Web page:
Vinegar could hold the key to cutting deaths from cervical cancer, according to a pioneering Indian study published in the Lancet.
Scientists from the International Agency for Research on Cancer, in France, and the Institute of Medical Sciences in Tamil Nadu, India, have developed a cheap test using acetic acid, a key ingredient in vinegar.
The solution is applied to the cervix and suspect tissue turns white and can be seen with the naked eye under a halogen lamp.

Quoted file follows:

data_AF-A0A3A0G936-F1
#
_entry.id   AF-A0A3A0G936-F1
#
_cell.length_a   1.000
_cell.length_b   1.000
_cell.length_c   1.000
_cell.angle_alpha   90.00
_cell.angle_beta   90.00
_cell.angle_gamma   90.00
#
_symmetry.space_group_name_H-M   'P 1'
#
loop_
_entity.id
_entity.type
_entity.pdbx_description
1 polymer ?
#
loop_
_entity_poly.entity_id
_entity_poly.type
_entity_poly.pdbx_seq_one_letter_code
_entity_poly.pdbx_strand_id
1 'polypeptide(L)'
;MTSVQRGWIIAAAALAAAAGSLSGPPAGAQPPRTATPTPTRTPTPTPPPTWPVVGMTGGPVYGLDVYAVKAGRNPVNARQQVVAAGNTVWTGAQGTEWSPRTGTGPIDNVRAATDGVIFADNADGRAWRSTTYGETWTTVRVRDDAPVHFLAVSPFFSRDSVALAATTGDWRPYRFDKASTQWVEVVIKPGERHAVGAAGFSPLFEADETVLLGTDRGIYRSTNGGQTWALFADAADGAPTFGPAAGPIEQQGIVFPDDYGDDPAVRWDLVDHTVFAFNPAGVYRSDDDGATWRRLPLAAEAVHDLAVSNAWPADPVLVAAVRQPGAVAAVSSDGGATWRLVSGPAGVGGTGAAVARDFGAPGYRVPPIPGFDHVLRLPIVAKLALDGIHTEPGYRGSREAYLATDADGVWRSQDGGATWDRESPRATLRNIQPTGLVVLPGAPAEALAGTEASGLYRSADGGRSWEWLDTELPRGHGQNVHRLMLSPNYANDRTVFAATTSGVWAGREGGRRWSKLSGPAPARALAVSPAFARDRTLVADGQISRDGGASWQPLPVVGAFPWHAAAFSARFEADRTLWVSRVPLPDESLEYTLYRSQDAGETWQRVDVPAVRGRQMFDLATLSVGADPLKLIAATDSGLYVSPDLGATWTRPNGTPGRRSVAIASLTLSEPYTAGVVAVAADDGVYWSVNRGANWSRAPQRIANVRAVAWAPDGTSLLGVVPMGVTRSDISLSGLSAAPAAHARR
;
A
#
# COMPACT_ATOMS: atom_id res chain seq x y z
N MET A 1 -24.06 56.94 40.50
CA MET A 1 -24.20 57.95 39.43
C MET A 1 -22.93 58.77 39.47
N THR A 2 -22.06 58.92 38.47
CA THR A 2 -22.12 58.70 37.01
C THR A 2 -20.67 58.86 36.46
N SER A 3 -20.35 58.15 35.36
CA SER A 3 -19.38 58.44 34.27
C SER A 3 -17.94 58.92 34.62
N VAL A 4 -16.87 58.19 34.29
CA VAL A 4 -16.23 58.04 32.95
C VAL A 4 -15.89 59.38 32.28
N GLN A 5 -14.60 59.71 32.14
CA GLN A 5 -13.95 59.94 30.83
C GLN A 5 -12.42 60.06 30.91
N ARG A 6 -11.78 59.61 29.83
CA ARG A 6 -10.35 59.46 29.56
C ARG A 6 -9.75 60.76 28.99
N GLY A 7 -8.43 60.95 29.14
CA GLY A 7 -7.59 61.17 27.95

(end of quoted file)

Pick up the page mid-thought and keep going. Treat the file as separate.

The researchers found that women who had been screened were 25 per cent less likely to develop cervical cancer and 35 per cent less likely to die from it.
The researchers concluded: "Our findings indicate that [the test] is a simple, feasible, and effective method to prevent cervical cancer and death among deprived populations in developing and developed countries."
There were 493,000 new cases of cervical cancer and 273,000 deaths from the disease in 2002, according to IARC figures quoted in the Lancet paper.
In developing countries, smears and vaccines are generally prohibitively expensive.